The coalition Reform Party has indicated a willingness to compromise on aspects of a draft bill which would, if it passes at the Riigikogu, bar the public display of various symbols, insignia and slogans associated with the Russian invasion of Ukraine.
The sticking point has been a provision regarding the regulation of hate speech, though debates at the Riigikogu, where the bill is due to be processed, will likely set out more clearly which types of symbolism are barred and which not.
In addition, Center's Rigiikogu leadership is putting pressure on Reform by suggesting a vote of no-confidence in the government in which it is a part, while a leading opposition Conservative People's Party of Estonia (EKRE) MP has said his party will not vote for the bill if the hate speech aspect is not removed.
The bill is being expedited ahead of the annual May 9 "victory day", which marks the end of World War Two and mimics a much larger holiday held in a foreign country.
This year's event is likely to be highly emotionally charged, due to the mass, documented atrocities committed by invading Russian forces in Ukraine since late February and the connection with that and traditional pro-Russian insignia such as the orange-black George's ribbon, along with the recent emergence of the "Z" letter as a symbol of support of the invading forces.
The bill is set to be at the relevant Riigikgou committee on Thursday, and will have its first reading (of three) at the chamber next week
Reform MP and deputy Riigikogu speaker Hanno Pevkur said that three main amendments to the draft bill were currently under discussion.
He said: "First, that this section on symbols will have a clear meaning, based on which any symbols used to justify war crimes, genocide, crimes against humanity or aggression could be banned."
"Similarly, if someone [from Estonia] goes to war against Ukraine, that person can be prosecuted," Pevkur added.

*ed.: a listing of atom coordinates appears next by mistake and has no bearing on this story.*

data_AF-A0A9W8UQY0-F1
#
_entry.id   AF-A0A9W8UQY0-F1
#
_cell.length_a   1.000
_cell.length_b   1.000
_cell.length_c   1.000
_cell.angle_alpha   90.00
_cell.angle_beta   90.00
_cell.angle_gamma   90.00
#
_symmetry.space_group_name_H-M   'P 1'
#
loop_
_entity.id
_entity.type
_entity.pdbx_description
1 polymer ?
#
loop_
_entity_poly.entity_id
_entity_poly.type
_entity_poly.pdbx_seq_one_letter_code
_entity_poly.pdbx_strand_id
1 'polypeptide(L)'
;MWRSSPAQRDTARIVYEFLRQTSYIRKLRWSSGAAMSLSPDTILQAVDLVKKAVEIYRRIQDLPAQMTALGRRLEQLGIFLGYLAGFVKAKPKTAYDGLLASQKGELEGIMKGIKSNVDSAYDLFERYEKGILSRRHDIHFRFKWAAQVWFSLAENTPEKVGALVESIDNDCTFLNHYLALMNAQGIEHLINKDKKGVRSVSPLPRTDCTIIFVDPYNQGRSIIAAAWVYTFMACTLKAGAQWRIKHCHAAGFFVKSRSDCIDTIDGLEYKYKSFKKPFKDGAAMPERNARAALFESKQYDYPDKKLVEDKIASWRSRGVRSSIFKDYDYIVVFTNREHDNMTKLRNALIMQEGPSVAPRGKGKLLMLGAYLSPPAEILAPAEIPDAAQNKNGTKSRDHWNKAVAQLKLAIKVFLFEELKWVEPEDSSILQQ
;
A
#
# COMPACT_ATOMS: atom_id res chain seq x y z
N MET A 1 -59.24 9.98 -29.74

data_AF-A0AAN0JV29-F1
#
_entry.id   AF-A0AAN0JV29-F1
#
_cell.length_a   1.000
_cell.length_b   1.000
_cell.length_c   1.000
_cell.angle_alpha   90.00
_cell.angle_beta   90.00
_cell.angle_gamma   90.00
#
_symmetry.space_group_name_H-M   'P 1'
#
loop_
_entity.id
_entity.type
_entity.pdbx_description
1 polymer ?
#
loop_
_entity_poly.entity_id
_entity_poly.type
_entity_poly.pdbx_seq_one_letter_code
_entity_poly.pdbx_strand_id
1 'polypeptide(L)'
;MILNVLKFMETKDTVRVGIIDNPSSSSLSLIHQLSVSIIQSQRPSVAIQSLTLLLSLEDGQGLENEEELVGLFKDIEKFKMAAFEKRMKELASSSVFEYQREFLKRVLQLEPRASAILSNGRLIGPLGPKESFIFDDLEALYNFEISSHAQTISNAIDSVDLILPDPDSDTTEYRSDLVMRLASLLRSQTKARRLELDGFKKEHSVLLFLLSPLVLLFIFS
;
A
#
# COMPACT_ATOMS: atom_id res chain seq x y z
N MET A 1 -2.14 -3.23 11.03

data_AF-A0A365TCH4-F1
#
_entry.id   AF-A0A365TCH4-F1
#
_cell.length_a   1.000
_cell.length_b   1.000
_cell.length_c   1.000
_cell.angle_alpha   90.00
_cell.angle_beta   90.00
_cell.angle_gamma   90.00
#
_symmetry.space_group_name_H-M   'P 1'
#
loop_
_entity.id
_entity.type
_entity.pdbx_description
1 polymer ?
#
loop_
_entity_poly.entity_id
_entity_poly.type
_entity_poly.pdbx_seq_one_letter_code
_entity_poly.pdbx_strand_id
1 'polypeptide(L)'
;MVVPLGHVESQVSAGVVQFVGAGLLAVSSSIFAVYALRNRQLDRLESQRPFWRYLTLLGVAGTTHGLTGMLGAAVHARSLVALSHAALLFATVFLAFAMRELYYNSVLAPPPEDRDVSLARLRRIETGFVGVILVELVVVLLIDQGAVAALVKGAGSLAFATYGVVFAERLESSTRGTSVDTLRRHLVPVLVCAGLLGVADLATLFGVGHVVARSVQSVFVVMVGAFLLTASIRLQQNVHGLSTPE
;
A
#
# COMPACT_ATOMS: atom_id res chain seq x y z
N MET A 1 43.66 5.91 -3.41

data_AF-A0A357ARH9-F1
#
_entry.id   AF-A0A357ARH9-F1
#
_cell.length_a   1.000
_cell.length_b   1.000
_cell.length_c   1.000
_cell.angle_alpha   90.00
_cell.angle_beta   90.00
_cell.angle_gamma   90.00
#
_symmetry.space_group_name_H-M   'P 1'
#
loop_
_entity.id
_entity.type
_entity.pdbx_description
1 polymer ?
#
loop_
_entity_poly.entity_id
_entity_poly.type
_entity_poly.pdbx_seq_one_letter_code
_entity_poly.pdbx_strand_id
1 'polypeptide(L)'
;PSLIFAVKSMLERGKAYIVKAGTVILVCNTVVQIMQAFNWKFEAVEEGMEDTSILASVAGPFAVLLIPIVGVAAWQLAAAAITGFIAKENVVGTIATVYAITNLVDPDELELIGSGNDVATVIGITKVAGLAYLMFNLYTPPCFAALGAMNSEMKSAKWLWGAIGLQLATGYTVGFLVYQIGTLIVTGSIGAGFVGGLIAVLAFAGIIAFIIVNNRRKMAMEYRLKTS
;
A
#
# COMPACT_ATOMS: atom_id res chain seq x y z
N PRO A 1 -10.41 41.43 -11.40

"Third, with regard to the more precise regulation of incitement to hatred. In my opinion, these changes need to be made," the MP went on.
The last point had caused friction with Reform's coalition partner, Center, a party which has traditionally drawn much of its support from Estonia's Russian-speaking populace.
Center's Riigikogu chief whip Jaanus Karilaid had said, however, that his party was ready for possible obstruction of the bill's passing from the opposition parties – meaning predominantly the Conservative People's Party of Estonia (EKRE) and Isamaa, both of which have also expressed skepticism over the bill in its current form, rather than the Social Democrats (SDE) whose MPs have stated their support for the bill.
The outcome might be a vote of no-confidence in the Reform-Center government itself, however, Karilaid said.
He said: "If, for example, the opposition still does not want to proceed with this bill and wants to implement obstruction tactics, it would certainly be possible to link this bill to a vote of confidence in the government."
The government signed off on the bill - which will amend Estonia's criminal code - on Monday.
The amendment to the Penal Code primarily concerns the need to send a clear signal to society that any activity which divides society and supports aggression is unacceptable, ERR reports.
Karilaid added that his party would like to move forward with a ban on hostile insignia. "In addition, on the imposition of criminal punishment to be placed on those who join up with the army of the aggressor country.
However, the hate speech element was still a sticking point, he said. "The problem for us is this hate speech component. We want it to be taken out of this bill, we have also talked about the issue with our coalition partner, the Reform Party," Karilaid said.
EKRE MP and legal affairs committee member Anti Poolamets said he was categorically in opposition to the hate speech aspects of the bill, on the grounds that it had been tacked on to the legislation under the cover of the current security situation.
Poolamets said: "The topic introduced under the guise of war for domestic political purposes must be removed."
If that is done, EKRE will back the bill, he said, noting the dozens of Estonian volunteers who have gone to help out Ukraine since the war started.
Hanno Pevkur stated that the bill nonetheless requires broad-based, cross-party support and that political quarrels in the chamber were inappropriate against the background of the war.
He said: "The Reform Party is interested in getting a clear signal from the legislature on the one hand."
"On the other hand, those changes which can be adopted quickly and by consensus are what we are adopting, but those that we do not currently have a common understanding require further discussion," Pevkur went on.
Editor: Andrew Whyte